When you are tasked with updating a WordPress site for a client or yourself, by far the most annoying part of the process can be maintaining the previous theme’s existing site functionality. Often, this is a daunting task for any WordPress newbie or professional alike. But fear not friends! There is a reliable solution for easing the pain, and that’s to create a custom functionality plugin. Think of it as an insurance policy against future time spent troubleshooting — proactive action now helps to eliminate potential headaches later.
Here at Razorfrog, for every new project we create a custom functionality plugin to ensure our code is easy to manage, manipulate and come back to from time to time. Creating a custom functionality plugin is a simple way for storing functions that you’d normally include within your child theme’s functions.php file. By keeping your non theme-dependent functions in a separate place, you no longer risk losing the functionality they have to offer when working with a new theme.
When Is It Appropriate To Use A Custom Functionality Plugin?
Any time you are working with a function that does not rely on your theme, you should include that function within your custom functionality plugin. Here’s a quick overview of when this is appropriate, and when to say functions.php is the best route.
Items to include within custom functionality plugins:
- Registering custom post types, taxonomies and meta fields
- Adding external functionality scripts
- Creating custom specified image sizes
- Customized login page details (logos, backgrounds, styling)
Items to leave out of custom functionality plugins:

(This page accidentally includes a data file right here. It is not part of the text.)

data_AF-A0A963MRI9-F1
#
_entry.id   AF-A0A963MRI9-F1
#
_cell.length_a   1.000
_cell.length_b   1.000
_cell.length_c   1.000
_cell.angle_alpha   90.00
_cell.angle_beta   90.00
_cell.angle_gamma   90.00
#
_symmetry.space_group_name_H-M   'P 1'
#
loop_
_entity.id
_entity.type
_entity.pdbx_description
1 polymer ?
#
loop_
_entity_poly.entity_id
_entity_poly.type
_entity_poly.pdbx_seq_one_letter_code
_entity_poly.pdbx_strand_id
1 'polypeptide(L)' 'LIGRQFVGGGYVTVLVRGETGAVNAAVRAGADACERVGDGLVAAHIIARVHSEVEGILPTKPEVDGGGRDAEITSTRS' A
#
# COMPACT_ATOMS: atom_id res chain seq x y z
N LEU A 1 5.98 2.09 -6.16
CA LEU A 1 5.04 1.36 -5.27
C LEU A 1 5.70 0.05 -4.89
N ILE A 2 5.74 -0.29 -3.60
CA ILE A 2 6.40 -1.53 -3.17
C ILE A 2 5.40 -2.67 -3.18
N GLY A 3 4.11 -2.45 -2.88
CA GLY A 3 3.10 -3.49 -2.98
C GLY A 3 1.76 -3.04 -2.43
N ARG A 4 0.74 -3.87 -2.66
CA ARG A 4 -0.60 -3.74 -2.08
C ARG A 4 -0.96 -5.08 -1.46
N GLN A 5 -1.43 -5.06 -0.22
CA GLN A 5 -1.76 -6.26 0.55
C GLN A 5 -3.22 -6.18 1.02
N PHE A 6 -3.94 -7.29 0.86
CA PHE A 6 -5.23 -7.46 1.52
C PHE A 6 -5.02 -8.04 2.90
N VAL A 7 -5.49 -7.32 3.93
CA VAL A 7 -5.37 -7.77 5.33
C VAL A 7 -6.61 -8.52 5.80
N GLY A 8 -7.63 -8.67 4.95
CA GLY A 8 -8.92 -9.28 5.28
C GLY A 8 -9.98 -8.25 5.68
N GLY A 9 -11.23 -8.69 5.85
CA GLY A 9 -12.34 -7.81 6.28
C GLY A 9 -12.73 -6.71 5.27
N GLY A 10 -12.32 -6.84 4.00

- Enqueued fonts (think Google Fonts, Adobe Typekit, etc.)
- Theme-specific styling components
- Widget areas registered by a theme
- Customizations to header, footer and sidebars
- Layout specific functions
First, it is important to identity the various snippets, shortcodes and functions that are directly tied to your theme, as well as those that are not. This designation will ensure that, when the inevitable time comes for you to switch themes, you won’t be stuck with code fragments, lost content, and broken pages along the way.
Not sure how to get started? Create a folder in /wp-content/plugins/ with the name of your site (example: razorfrog). Inside that folder, create a PHP file matching the folder name (example: razorfrog.php). Then fire up your favorite text editor and copy/paste the following content there, making adjustments to the content as needed for your particular site:
<?php /* Plugin Name: Razorfrog Custom Functionality Plugin Plugin URI: https://razorfrog.com/ Description: Custom Post Types, Custom Taxonomies, Custom Meta. Version: 1.0 Author: Razorfrog Web Design Author URI: https://razorfrog.com/ Released under the GPLv2 license. */
Go ahead and start copying over all of those functions which you’d like to have included. Do not include any additional opening php tags. We recommend using comments to keep all snippets and functions well notated. You may want to include additional notes within your comments for improving collaboration with others on your team. Once ready to go live, you’ll need to activate this new plugin through WP Admin.
Keep Doing What You Do
There you have it! We hope that this short tutorial has helped you to learn a little more about best practices in the WordPress community. Have fun creating your site functionality plugin while keeping organized as you work.